“For his anger is but for a moment / his favour is for a lifetime.” (verse 5a)
In many ways God is a mystery. There are some things we know about God and many things we don’t. This verse fragment begs several questions. What is anger for something on the scale of God? What is the ‘scale' of God? What is ‘a moment’ for the creator of all moments? How does God experience time? How does God experience emotion? What makes God angry?
It’s fascinating and scary, but also reassuring. It may be that this verse gives us a clearer idea of what God is not rather than what God is.
God is not static.
God is not unfeeling.
God is not passive.
In Jesus - the incarnation of God in human form - we see a man who is not without anger, but is only angry rarely and doesn’t let it define him - his friends often encourage him to violently overthrow the regime and he always refuses. When he is angry he channels those feelings into a passion to do good. Jesus and God are not too big to be angry, but they are bigger than their anger.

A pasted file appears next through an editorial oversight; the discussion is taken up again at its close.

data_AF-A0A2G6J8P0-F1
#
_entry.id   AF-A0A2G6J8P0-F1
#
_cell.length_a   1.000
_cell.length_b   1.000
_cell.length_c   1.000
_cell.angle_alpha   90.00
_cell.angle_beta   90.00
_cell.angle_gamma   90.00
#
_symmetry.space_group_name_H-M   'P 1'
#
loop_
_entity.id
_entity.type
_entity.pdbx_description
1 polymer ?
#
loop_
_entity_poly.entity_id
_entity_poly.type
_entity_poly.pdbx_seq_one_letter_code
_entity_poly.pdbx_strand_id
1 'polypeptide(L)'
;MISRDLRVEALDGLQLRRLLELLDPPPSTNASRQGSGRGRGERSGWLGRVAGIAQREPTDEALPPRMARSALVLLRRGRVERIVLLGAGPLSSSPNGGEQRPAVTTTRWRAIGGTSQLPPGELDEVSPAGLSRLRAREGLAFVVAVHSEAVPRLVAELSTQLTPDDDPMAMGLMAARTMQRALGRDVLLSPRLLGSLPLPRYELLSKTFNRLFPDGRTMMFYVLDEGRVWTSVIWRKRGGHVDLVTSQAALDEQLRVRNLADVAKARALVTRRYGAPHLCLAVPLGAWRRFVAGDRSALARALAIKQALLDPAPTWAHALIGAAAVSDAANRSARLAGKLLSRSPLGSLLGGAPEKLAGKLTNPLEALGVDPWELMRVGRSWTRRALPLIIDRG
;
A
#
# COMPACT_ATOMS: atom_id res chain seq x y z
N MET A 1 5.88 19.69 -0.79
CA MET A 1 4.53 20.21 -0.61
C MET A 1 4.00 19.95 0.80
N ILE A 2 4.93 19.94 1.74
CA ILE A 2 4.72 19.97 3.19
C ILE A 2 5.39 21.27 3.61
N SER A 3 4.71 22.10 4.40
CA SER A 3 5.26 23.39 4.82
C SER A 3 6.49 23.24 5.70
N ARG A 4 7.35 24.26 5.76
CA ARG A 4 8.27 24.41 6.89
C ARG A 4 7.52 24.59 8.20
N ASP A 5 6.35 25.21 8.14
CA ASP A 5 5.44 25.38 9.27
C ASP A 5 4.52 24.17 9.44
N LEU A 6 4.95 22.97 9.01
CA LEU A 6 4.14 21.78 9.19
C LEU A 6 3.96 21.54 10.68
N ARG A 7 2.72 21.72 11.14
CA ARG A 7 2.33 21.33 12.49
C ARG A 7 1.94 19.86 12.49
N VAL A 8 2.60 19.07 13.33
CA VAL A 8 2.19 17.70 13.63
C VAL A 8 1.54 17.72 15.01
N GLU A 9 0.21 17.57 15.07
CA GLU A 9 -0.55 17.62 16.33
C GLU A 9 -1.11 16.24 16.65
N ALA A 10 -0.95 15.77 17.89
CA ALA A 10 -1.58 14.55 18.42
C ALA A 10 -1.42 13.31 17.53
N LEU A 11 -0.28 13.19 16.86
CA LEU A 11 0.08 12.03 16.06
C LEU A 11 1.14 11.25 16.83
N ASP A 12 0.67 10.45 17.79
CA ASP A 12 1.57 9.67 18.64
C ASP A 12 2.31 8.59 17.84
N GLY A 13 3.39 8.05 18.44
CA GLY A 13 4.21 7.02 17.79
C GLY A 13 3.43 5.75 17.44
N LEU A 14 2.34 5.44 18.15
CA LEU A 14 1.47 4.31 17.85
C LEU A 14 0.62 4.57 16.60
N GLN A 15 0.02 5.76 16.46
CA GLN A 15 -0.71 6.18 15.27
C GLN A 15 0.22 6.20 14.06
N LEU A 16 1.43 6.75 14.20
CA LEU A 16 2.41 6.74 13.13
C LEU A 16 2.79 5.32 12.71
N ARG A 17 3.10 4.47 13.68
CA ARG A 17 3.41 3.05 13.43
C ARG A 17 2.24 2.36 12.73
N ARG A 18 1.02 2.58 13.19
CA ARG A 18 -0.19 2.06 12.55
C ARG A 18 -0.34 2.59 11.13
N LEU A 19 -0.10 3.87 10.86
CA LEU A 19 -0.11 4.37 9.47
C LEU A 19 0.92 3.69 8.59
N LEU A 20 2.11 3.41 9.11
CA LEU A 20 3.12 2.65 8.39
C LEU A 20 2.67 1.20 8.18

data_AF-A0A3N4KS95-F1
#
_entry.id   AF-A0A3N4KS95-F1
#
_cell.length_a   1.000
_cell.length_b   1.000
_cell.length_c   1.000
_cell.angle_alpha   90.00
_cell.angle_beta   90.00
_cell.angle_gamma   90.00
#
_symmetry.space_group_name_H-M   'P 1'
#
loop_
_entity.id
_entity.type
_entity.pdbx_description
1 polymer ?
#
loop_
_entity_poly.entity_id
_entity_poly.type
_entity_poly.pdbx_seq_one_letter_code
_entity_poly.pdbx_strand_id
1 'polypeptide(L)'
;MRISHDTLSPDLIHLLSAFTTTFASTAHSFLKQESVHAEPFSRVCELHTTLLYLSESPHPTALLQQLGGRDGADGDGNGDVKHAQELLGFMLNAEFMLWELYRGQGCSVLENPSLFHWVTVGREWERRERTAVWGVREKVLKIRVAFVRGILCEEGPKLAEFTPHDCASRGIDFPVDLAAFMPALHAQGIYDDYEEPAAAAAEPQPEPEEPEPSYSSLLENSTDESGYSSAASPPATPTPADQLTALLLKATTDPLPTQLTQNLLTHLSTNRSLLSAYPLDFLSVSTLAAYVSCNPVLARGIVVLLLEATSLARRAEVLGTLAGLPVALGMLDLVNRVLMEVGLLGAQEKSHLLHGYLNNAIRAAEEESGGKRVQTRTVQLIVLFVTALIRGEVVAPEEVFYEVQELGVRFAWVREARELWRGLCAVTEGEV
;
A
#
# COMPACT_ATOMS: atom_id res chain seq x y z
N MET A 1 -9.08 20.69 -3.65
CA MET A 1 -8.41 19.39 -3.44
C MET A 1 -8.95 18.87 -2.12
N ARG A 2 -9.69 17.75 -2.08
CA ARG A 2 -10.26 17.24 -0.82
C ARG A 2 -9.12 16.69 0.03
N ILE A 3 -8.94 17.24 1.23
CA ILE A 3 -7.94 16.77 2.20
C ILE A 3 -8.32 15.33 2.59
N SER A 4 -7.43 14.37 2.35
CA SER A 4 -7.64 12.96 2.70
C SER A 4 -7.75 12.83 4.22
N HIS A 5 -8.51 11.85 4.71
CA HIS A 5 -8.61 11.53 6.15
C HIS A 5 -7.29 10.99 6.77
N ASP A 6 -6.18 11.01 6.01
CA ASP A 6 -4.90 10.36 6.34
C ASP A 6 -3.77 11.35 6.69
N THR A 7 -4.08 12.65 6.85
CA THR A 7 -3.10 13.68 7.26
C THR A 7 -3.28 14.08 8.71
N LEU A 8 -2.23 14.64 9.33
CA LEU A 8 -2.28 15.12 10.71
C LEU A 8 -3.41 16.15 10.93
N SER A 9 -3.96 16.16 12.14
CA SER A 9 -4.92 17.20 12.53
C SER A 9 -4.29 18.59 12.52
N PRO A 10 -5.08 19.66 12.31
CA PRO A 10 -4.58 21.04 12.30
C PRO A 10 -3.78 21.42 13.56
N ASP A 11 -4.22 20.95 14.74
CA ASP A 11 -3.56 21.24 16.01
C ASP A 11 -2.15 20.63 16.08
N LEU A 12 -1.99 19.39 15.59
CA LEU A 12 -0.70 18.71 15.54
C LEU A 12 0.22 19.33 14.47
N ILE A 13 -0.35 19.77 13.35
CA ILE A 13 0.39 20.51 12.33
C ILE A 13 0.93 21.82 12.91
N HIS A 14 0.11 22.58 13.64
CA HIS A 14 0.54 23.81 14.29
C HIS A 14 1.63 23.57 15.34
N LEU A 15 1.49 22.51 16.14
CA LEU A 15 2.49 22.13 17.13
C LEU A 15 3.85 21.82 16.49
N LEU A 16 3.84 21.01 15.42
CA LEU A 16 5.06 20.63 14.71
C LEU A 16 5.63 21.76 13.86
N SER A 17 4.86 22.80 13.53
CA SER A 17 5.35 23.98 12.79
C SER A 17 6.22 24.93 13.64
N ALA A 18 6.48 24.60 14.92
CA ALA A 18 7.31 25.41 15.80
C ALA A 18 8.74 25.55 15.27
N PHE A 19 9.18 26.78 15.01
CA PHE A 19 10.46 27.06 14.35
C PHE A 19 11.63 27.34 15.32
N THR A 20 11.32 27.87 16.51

This Psalm acts as jolt to our complacent view of a detached, distant and abstract God. It instead reminds us of God’s passion, agency, and emotion. How do we know God loves us? Because we make God mad! However that works, whatever that means. And we know also that God doesn’t stay mad.
Thank you for loving us
for forgiving us
for holding open the door
for holding the line when we slam down the phone,
for leaving the light on for us.
1 I will extol you, O Lord, for you have drawn me up,
and did not let my foes rejoice over me.
2 O Lord my God, I cried to you for help,
and you have healed me.
3 O Lord, you brought up my soul from Sheol,
restored me to life from among those gone down to the Pit.
4 Sing praises to the Lord, O you his faithful ones,
and give thanks to his holy name.
5 For his anger is but for a moment;
his favour is for a lifetime.
Weeping may linger for the night,
but joy comes with the morning.